Courageous Weenie Eventer Wannabe
          Incredible Invisible

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          • #6
            I'm too short to get on most average horses from the ground, I have taught all of mine from day 1 to stand by a mounting block to be mounted, I think some of them wouldn't know what to do if I tried to get on from the ground!

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            • #7
              The EZ Mount. I. love. this. thing.

              http://www.horsetackco.com/e-z-mount...Q#.UV4gCd7D_IU

              It even comes with a pouch to snap to your saddle so you can carry it on the trail. I always carry it with me because I can never find a stump when I need it.
              Why don't I strap on my job helmet and squeeze down into a job cannon and fire off into Jobland where jobs grow on little jobbies.
              Charlie Kelly, It's Always Sunny in Philadelphia

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              • #8
                The EZ Mount. I. love. this. thing.

                http://www.horsetackco.com/e-z-mount...Q#.UV4gCd7D_IU

                It even comes with a pouch to snap to your saddle so you can carry it on the trail. I always carry it with me because I can never find a stump when I need it.
                Why don't I strap on my job helmet and squeeze down into a job cannon and fire off into Jobland where jobs grow on little jobbies.
                Charlie Kelly, It's Always Sunny in Philadelphia

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                • #9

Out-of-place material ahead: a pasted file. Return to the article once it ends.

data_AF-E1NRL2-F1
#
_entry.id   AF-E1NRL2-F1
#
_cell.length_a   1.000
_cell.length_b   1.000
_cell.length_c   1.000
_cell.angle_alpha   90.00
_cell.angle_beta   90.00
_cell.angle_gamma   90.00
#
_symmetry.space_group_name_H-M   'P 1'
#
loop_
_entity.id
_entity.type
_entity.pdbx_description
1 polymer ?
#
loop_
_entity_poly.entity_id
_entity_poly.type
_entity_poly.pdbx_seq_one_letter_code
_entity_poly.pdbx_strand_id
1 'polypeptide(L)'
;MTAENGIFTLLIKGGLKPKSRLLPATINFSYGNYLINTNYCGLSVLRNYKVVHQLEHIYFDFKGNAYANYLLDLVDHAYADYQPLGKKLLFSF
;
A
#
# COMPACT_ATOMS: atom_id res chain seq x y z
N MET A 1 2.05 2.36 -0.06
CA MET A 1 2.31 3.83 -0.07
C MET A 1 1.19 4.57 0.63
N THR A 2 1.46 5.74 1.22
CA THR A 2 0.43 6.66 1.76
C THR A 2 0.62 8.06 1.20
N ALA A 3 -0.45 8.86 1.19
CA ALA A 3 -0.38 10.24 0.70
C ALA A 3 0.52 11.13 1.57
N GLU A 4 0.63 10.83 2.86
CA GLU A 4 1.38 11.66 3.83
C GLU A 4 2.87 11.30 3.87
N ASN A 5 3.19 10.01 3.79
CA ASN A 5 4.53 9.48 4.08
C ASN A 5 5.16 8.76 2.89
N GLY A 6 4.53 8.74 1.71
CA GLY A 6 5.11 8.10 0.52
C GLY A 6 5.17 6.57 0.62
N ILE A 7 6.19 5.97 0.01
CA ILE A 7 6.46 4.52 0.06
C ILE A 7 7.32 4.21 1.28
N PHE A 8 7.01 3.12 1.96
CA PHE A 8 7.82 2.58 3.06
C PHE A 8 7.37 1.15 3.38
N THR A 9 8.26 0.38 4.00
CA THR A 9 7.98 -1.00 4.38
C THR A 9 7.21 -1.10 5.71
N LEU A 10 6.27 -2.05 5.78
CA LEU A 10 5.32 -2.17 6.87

And I have another suggestion: The Bareback Buddy!
                  I have a Fjord! Life With Oden

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                  • #10
                    Required of you by whom??

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                    • #11
                      I learn the most amazing things on these Forums! Both suggestions are NOTHING I ever would have thought up myself!!

                      So far I don't need them, but great to have them available as options.

                      I think I would do some practice before needing to use to use the Slick Stap, since a pull on the foreleg is NOT a common feel to most equines. Amazing creativity!!

                      Comment

                      • Original Poster

                        #12
                        Whew! I'm so relieved!!

                        I loved the suggestions too, gh. And dropping the stirrup a few holes....I feel stupid for not having thought of that!

                        Originally posted by katarine View Post
                        Required of you by whom??
                        Katarine, I'm new to endurance and I'm going to do my first LD in July - I have no clue what goes on at a ride, so yeah, I wondered if there is some "rule" that a rider must mount the horse from the ground....lol. It was just a fleeting fear and I haven't adjusted to the conspicuous lack of formality in the endurance world!

                        ETA, while I love the idea of the bareback buddy, I just ordered the EZ Mount (thank you lucky bunny!)...can't beat that price!